In that case, an Isle of Man company had brought a US$500 million claim against the Republic of Kenya for an alleged expropriation of a contract to operate duty free concessions at Kenya’s two international airports in Nairobi and Mombassa. Following the submission of the Claimant’s Statement of Claim, however, evidence emerged that the concession contract had itself been procured through the payment of a cash bribe to the former President of Kenya, Daniel Arap Moi.
Within days of this evidence emerging, we filed an application unprecedented in ICSID arbitration to have the claim dismissed in limine litis because it arose under a contract that was illegal and unenforceable as a matter of law and public policy. As a result of our application, an eminent arbitral tribunal chaired by Gilbert Guillaume, the former President of the International Court of Justice, suspended its hearing of the merits, and convened a hearing in The Hague to hear ground-breaking legal argument on the effect of a payment of a cash bribe to a then-sitting Head of State.
In an award that stands as a landmark judgment on the effects of corruption on international claims, the Arbitral Tribunal dismissed all claims against our client entirely, finding that a contract procured by a bribe was void as a matter of law, and that the machinery of international justice was not available to a claimant that had participated in such an illegality as a matter of international public policy.
In 2006 Ecuador unlawfully expropriated Occidental’s interests in Block 15 in the Ecuadorian Amazon region by declaring the caducidad of its participation contract. Occidental immediately commenced ICSID arbitration pursuant to the US-Ecuador bilateral investment treaty to pursue compensation. Ecuador sought to justify the contract termination on the allegation that Occidental several years earlier had failed to obtain government consent for a farmout arrangement that gave a 40% economic interest in Block 15 to another company. Occidental argued that it had not violated any such domestic law consent requirement but that in any event international law proscribed the radical sanction of contract termination as disproportionate where Ecuador suffered no prejudice from the alleged non-compliance. The ICSID tribunal accepted Occidental’s international law argument of proportionality and in a milestone decision unanimously found that, by imposing a disproportionate sanction, Ecuador had unlawfully expropriated its interest in Block 15.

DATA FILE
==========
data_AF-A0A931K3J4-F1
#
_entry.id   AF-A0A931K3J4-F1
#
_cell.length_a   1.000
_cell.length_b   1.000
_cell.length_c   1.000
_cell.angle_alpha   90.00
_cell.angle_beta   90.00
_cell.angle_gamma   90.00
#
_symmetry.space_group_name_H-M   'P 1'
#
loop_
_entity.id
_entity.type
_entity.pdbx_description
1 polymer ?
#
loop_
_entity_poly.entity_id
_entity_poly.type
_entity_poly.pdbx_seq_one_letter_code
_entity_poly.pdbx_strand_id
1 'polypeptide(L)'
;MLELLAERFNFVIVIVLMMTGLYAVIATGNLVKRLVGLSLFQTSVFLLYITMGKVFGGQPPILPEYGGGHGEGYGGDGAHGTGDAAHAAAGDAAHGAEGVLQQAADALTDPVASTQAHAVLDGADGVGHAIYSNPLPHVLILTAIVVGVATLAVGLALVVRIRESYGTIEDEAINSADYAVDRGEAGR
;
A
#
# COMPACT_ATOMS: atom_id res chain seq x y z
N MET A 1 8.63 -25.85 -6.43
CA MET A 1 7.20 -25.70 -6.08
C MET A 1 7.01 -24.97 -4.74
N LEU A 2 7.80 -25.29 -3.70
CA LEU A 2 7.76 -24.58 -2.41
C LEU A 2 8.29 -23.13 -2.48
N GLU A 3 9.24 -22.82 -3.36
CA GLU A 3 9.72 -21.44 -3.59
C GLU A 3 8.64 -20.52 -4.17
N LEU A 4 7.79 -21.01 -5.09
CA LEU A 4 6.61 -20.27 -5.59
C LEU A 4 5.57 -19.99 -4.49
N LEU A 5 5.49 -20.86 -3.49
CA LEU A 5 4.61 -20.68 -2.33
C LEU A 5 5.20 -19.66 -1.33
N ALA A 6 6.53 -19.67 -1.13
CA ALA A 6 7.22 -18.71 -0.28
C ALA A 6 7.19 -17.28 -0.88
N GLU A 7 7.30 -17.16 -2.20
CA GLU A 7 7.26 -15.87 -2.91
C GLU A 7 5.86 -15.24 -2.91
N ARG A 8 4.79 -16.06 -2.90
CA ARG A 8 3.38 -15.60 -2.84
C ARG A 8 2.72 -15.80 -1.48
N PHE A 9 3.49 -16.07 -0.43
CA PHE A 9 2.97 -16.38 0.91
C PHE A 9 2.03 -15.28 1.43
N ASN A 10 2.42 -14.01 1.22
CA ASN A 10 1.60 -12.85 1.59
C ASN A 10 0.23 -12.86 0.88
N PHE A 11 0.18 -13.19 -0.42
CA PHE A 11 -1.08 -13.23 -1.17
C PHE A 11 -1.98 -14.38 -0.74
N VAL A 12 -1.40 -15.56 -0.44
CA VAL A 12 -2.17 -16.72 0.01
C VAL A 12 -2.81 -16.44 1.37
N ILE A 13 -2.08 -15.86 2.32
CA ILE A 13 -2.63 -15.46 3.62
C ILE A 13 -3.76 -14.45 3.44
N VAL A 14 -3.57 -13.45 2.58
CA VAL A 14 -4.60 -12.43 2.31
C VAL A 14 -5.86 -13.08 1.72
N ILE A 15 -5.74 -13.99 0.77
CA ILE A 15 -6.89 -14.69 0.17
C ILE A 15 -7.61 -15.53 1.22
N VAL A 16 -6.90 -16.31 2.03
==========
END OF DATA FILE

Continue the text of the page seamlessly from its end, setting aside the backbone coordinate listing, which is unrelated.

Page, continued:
Ecuador also sought to radically diminish the quantum of Occidental’s claim by arguing that the value of its interest should be reduced on account of a windfall profit tax law that Ecuador had enacted shortly before the expropriation. Occidental argued that the windfall profit tax law was itself in breach of Ecuador’s obligations under the participation contract and under principles of international law therefore had to be disregarded for quantum purposes. The ICSID tribunal accepted by majority Occidental’s argument and refused to reduce quantum on that basis.
Ecuador sought to annul the final award but the annulment committee appointed by ICSID upheld each of the foregoing findings by the tribunal, reducing quantum only on account of the 40% economic interest held by a third party farmee.